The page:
A Step in Faith

A Step in Faith

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Written by: 
Published:
September 22, 2020

With “A Step in Faith” we conclude the third quarter, Making Friends for God: The Joy of Sharing in His Mission for the year, 2020. In trying to be witnesses for God, we need a leap of faith. Sharing Christ with people who do not know Him involves sacrifices, but the joys Christ offers are far greater.

A story is told of Lough Fook, a Chinese Christian, who, moved with compassion for the coolies in the South African mines, sold himself for a term of five years as a coolie slave, and was transported to Demerara, to carry the Gospel to his countrymen working there. He toiled in the mines with them and preached Jesus while he toiled, till he had scores of whom he could speak as Paul of Onesimus, “whom I have begotten in my bonds.”

Lough Fook died, but not before he had won to the Savior nearly 200 disciples who joined the Christian church. Where in the centuries has that lowliest feature in the condescension of the Man of Sorrows—“He took upon Him the form of a slave”—been so literally reproduced as here?

Sacrifice, according to Maya Angelou, is “If we lose [our] love and self-respect and respect for each other, this is how we will finally die.”[1] Love involves a sacrifice. Love without a sacrifice is just a mere talk. Love with sacrifice, on the other hand, is “love in action.” The love and humility that Christ demonstrated is recorded in Philippians 2, where He took the form of a servant. In fact, this clause literally means, “He emptied Himself.” Philippians 2 is a hymn sung in the early church in which Paul provided an example of humility. The passage is called, “The Song of Christ’s Humility.” Nothing offends God as much as human pride. The early Christians sang not only the Psalter but also “hymns and spiritual songs” (Eph 5:19; Col 3:16).[2]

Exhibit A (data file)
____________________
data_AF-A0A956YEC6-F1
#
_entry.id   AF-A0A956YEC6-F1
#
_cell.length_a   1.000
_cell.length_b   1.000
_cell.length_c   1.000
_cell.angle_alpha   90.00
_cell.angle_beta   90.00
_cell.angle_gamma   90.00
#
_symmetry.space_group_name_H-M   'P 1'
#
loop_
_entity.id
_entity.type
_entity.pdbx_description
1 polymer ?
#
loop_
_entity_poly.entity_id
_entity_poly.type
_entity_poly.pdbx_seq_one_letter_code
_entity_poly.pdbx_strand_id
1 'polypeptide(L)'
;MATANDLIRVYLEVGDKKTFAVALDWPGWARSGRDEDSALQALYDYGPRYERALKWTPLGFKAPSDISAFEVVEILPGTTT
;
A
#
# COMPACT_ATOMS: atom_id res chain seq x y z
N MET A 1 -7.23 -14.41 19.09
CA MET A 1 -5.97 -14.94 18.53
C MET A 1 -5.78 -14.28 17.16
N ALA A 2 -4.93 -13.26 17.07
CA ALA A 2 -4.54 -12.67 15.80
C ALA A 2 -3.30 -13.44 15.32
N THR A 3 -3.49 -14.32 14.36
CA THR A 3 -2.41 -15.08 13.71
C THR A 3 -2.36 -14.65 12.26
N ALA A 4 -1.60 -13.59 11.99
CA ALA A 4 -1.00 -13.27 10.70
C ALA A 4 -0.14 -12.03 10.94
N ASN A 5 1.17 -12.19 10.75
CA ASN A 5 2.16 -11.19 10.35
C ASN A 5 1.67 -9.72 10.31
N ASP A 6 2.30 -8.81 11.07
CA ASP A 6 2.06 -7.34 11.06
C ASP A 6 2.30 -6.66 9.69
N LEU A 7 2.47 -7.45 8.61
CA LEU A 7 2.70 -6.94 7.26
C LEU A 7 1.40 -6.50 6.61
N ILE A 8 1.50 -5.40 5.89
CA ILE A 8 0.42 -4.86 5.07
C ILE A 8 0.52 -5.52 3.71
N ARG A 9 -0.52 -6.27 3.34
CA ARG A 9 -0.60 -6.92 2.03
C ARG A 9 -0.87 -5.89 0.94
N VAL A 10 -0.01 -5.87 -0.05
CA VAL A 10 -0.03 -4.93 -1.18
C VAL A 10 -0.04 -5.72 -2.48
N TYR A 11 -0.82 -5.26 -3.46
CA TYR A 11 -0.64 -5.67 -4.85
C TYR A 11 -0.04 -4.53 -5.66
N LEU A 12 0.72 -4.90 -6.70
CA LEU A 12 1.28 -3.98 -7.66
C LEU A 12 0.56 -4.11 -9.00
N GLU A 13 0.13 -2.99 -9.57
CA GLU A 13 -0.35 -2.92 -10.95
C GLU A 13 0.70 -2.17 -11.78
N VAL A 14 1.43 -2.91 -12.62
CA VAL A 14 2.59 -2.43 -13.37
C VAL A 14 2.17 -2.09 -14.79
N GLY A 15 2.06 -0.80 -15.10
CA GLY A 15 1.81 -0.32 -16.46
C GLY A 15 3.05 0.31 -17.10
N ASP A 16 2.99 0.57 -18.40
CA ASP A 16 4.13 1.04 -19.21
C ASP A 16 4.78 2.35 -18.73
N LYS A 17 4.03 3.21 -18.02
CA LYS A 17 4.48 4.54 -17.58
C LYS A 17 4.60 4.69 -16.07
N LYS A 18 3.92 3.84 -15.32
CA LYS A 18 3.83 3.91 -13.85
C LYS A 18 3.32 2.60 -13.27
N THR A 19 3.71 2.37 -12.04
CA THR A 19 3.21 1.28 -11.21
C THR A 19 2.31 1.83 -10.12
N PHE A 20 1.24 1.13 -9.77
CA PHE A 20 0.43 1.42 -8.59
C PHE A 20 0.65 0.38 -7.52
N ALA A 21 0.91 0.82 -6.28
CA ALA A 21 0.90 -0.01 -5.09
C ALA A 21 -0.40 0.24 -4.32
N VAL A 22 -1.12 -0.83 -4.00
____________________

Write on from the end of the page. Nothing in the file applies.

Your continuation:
If we are to follow Christ, we ought to love the way Christ loved. Serve the way Christ served. Care the way Christ cared. Self-sacrificing missionary work should be emulated; love is to become our ideal. “Love [both] involves sacrifice and aims at mutuality.”[3] In other words, the measure of mutuality is determined by where it is going. Sacrifice without love benefits the Christian nothing. (cf. 1 Cor 13:3). To be totally committed Christians, we should be devoted to serve others.

Ellen G. White in her book, The Desire of Ages, states the following:

The whole life of Christ had been a life of unselfish service. “Not to be ministered unto, but to minister,” (Matthew 20:28), had been the lesson of His every act. But not yet had the disciples learned the lesson.[4]

Commitment involves total surrender to Christ and His mission. Our commitment to Him must take precedence over all other commitments. Commitment rather than sacrifice is what Christ desires from us. The apostles Andrew, Peter, and Paul made radical commitment to Christ and His mission, to mention but a few.

On a recent trip to Haiti, I heard a Haitian pastor illustrate to his congregation the need for total commitment to Christ. His parable:

A certain man wanted to sell his house for $2,000. Another man wanted very badly to buy it, but because he was poor, he couldn’t afford the full price. After much bargaining, the owner agreed to sell the house for half the original price with just one stipulation: he would retain ownership of one small nail protruding from just over the door.

After several years, the original owner wanted the house back, but the new owner was unwilling to sell. So the first owner went out, found the carcass of a dead dog, and hung it from the single nail he still owned. Soon the house became unlivable, and the family was forced to sell the house to the owner of the nail.

The Haitian pastor’s conclusion: “If we leave the Devil with even one small peg in our life, he will return to hang his rotting garbage on it, making it unfit for Christ’s habitation.”[5]